Establishing a Clear-cut Brand Identity is Key
A lot of people think that “brand identity” is just a logo or a product name, or both; but a brand is much more than either. Brand identity is what people think, feel, and remember about your business. When it comes to brand identity, the ultimate goal is to become the most respected, trusted and recognized resource or provider of the type of product or service that your company offers.
Let’s look at some familiar brands. When people need to look something up online, they simply “Google” it. Google has been so successful at establishing a brand identity that its name has become a verb and synonymous with the service that the company offers. Also, when a person sneezes, more often than not they may request a “Kleenex,” instead of a tissue. Other companies that enjoy this level of successful branding include Band-Aid and Q-Tip.
One of the most important things to consider when creating a brand identity is your target audience. They are the ones who formulate an opinion of your brand, so you’ll need to consider how your name, logo, color scheme, and related aspects are perceived by them. Start with your customers. They bought your product or service for a reason. Now is the time to ask them what they thought, how you could have done better, and what other items/services they need. You never know when a customer might have hired you to perform a task and had no idea of the other beneficial services or products you offer. Since your product or service has already made a loyal believer in your company, it should be easier to cross-sell them to your other offerings.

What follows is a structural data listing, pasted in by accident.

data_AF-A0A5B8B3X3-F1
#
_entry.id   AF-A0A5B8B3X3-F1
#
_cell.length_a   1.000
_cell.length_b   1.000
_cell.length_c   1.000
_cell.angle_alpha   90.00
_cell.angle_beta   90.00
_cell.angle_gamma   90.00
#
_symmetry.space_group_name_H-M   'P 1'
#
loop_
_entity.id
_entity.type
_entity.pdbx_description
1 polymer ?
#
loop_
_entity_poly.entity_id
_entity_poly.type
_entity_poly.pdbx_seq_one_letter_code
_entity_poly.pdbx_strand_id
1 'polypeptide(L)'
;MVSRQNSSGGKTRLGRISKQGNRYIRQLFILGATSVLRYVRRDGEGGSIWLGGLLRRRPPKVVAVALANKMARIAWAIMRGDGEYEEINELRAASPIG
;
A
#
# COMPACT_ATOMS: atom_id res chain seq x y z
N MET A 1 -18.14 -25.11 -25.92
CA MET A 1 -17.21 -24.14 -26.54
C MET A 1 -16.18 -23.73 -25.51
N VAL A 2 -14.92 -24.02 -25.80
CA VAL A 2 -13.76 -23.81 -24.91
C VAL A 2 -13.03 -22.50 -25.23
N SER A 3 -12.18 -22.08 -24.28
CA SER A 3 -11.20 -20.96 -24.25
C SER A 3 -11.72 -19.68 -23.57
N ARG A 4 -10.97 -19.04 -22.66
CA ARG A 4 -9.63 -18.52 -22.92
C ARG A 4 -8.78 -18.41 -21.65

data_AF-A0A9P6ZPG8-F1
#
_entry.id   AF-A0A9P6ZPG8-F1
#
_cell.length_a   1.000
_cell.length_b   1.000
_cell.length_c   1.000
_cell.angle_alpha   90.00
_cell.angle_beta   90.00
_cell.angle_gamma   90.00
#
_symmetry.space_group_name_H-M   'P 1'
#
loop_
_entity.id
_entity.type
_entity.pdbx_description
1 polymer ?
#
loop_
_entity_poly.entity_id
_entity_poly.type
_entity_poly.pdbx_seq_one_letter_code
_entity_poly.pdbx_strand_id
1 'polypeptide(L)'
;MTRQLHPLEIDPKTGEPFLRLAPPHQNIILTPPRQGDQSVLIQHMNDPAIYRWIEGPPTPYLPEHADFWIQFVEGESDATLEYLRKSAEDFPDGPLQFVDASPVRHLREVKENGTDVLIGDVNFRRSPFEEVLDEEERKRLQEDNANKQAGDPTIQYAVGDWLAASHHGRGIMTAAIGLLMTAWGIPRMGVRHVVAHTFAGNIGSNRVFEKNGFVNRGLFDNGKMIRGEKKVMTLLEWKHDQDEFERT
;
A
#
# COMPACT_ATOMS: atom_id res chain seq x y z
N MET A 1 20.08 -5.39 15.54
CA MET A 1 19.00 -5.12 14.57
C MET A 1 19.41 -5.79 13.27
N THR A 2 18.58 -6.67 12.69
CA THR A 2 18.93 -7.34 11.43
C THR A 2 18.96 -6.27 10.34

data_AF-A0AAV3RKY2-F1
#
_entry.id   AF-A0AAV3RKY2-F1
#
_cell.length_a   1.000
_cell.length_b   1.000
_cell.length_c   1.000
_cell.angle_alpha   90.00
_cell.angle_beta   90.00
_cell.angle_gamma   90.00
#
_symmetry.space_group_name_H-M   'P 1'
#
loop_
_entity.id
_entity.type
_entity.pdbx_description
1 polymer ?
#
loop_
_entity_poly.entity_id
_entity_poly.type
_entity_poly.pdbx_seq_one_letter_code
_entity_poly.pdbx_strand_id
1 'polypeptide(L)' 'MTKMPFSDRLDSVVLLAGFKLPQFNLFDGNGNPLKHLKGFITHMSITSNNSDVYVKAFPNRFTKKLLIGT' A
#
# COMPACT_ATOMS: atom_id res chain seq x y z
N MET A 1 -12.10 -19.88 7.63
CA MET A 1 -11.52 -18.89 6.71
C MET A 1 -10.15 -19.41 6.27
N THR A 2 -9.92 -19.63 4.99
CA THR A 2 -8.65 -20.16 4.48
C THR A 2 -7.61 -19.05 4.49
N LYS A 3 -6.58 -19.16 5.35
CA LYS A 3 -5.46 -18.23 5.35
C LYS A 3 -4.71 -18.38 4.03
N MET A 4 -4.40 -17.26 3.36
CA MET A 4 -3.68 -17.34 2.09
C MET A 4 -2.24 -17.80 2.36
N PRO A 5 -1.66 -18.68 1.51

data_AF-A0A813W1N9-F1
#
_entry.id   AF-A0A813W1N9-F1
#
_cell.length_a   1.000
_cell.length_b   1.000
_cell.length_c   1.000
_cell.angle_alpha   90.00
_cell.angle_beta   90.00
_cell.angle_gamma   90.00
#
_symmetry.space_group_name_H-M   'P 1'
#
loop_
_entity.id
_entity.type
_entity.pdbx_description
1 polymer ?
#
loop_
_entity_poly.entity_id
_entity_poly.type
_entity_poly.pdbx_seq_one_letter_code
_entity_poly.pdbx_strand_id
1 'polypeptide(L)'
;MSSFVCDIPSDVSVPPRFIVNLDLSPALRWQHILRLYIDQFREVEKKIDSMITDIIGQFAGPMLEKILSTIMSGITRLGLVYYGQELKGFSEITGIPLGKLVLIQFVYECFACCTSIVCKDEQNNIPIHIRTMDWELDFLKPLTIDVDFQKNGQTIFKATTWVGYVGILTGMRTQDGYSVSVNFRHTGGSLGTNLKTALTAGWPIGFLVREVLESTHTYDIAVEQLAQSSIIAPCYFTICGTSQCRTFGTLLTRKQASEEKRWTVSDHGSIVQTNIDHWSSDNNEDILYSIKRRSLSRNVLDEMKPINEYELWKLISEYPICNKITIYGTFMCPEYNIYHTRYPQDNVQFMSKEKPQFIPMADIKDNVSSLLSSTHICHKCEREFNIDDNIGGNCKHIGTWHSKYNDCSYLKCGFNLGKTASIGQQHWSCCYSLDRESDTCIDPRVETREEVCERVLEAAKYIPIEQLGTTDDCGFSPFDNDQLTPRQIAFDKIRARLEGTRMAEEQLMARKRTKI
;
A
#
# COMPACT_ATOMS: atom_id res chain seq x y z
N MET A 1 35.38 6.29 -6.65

As the old adage goes, “Keep your friends close and your enemies closer.” By enemies, we mean competitors; see what they are doing and learn from their practices. Is their brand strategy successful? Is their brand memorable? Once you’ve done your research, make sure your brand has a clear differentiator that will keep you top of mind.
Finally, and arguably most importantly, protect your brand! All the brands mentioned above were first trade-marked (™), and then eventually became registered marks (®). The registered mark is the most valuable status of finally arriving in the marketplace (not unlike a patented invention) and offers the ultimate protection from competitors. Logos, product/service names, and even slogans can and should go through this formal process if there is value in distinguishing and protecting the brand.
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